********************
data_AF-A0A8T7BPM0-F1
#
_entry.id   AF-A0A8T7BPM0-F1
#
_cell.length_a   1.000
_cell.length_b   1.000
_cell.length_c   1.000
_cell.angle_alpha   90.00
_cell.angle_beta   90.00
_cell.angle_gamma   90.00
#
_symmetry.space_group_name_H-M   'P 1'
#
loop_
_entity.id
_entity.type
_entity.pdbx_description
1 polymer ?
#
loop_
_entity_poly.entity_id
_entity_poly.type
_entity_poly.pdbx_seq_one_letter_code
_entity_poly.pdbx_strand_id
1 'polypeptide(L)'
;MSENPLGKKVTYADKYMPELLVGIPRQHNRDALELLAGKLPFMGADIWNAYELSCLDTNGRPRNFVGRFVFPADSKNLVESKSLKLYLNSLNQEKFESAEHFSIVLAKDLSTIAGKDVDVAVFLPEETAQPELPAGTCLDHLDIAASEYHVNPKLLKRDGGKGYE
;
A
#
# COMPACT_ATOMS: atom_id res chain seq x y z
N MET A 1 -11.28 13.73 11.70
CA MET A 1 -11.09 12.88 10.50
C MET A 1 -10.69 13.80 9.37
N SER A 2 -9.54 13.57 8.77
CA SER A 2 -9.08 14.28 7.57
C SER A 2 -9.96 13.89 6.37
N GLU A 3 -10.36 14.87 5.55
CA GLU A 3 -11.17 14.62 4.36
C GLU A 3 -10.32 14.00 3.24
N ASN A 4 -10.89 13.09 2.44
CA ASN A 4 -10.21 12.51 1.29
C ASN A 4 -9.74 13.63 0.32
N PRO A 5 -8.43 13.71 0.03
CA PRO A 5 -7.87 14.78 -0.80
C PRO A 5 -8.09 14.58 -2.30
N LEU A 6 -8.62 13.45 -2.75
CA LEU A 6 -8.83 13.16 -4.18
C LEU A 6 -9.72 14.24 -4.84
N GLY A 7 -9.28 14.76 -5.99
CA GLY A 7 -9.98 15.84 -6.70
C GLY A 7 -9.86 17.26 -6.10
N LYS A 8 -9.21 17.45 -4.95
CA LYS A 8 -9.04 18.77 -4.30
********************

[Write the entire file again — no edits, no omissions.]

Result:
data_AF-A0A8T7BPM0-F1
#
_entry.id   AF-A0A8T7BPM0-F1
#
_cell.length_a   1.000
_cell.length_b   1.000
_cell.length_c   1.000
_cell.angle_alpha   90.00
_cell.angle_beta   90.00
_cell.angle_gamma   90.00
#
_symmetry.space_group_name_H-M   'P 1'
#
loop_
_entity.id
_entity.type
_entity.pdbx_description
1 polymer ?
#
loop_
_entity_poly.entity_id
_entity_poly.type
_entity_poly.pdbx_seq_one_letter_code
_entity_poly.pdbx_strand_id
1 'polypeptide(L)'
;MSENPLGKKVTYADKYMPELLVGIPRQHNRDALELLAGKLPFMGADIWNAYELSCLDTNGRPRNFVGRFVFPADSKNLVESKSLKLYLNSLNQEKFESAEHFSIVLAKDLSTIAGKDVDVAVFLPEETAQPELPAGTCLDHLDIAASEYHVNPKLLKRDGGKGYE
;
A
#
# COMPACT_ATOMS: atom_id res chain seq x y z
N MET A 1 -11.28 13.73 11.70
CA MET A 1 -11.09 12.88 10.50
C MET A 1 -10.69 13.80 9.37
N SER A 2 -9.54 13.57 8.77
CA SER A 2 -9.08 14.28 7.57
C SER A 2 -9.96 13.89 6.37
N GLU A 3 -10.36 14.87 5.55
CA GLU A 3 -11.17 14.62 4.36
C GLU A 3 -10.32 14.00 3.24
N ASN A 4 -10.89 13.09 2.44
CA ASN A 4 -10.21 12.51 1.29
C ASN A 4 -9.74 13.63 0.32
N PRO A 5 -8.43 13.71 0.03
CA PRO A 5 -7.87 14.78 -0.80
C PRO A 5 -8.09 14.58 -2.30
N LEU A 6 -8.62 13.45 -2.75
CA LEU A 6 -8.83 13.16 -4.18
C LEU A 6 -9.72 14.24 -4.84
N GLY A 7 -9.28 14.76 -5.99
CA GLY A 7 -9.98 15.84 -6.70
C GLY A 7 -9.86 17.26 -6.10
N LYS A 8 -9.21 17.45 -4.95
CA LYS A 8 -9.04 18.77 -4.30